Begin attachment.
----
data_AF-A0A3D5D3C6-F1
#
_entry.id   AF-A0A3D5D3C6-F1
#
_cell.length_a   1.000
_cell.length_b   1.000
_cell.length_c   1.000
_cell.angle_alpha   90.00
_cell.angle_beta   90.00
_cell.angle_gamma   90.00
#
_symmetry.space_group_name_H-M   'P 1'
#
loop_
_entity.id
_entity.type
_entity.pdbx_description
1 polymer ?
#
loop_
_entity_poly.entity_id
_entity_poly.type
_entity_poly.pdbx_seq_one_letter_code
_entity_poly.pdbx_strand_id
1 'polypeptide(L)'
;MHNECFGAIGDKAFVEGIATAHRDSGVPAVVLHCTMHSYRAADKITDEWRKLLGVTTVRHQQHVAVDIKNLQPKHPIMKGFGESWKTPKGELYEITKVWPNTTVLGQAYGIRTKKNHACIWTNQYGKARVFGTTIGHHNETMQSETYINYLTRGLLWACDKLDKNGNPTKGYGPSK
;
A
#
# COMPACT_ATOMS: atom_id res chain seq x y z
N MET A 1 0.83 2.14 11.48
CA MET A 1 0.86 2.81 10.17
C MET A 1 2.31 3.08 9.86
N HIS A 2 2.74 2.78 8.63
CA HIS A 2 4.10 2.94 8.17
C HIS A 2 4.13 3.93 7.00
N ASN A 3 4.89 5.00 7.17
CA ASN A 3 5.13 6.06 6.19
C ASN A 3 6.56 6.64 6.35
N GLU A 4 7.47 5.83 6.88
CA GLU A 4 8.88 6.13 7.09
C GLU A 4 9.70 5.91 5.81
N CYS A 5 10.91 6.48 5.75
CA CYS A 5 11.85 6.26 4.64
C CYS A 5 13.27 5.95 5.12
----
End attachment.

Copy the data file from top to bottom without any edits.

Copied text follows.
data_AF-A0A3D5D3C6-F1
#
_entry.id   AF-A0A3D5D3C6-F1
#
_cell.length_a   1.000
_cell.length_b   1.000
_cell.length_c   1.000
_cell.angle_alpha   90.00
_cell.angle_beta   90.00
_cell.angle_gamma   90.00
#
_symmetry.space_group_name_H-M   'P 1'
#
loop_
_entity.id
_entity.type
_entity.pdbx_description
1 polymer ?
#
loop_
_entity_poly.entity_id
_entity_poly.type
_entity_poly.pdbx_seq_one_letter_code
_entity_poly.pdbx_strand_id
1 'polypeptide(L)'
;MHNECFGAIGDKAFVEGIATAHRDSGVPAVVLHCTMHSYRAADKITDEWRKLLGVTTVRHQQHVAVDIKNLQPKHPIMKGFGESWKTPKGELYEITKVWPNTTVLGQAYGIRTKKNHACIWTNQYGKARVFGTTIGHHNETMQSETYINYLTRGLLWACDKLDKNGNPTKGYGPSK
;
A
#
# COMPACT_ATOMS: atom_id res chain seq x y z
N MET A 1 0.83 2.14 11.48
CA MET A 1 0.86 2.81 10.17
C MET A 1 2.31 3.08 9.86
N HIS A 2 2.74 2.78 8.63
CA HIS A 2 4.10 2.94 8.17
C HIS A 2 4.13 3.93 7.00
N ASN A 3 4.89 5.00 7.17
CA ASN A 3 5.13 6.06 6.19
C ASN A 3 6.56 6.64 6.35
N GLU A 4 7.47 5.83 6.88
CA GLU A 4 8.88 6.13 7.09
C GLU A 4 9.70 5.91 5.81
N CYS A 5 10.91 6.48 5.75
CA CYS A 5 11.85 6.26 4.64
C CYS A 5 13.27 5.95 5.12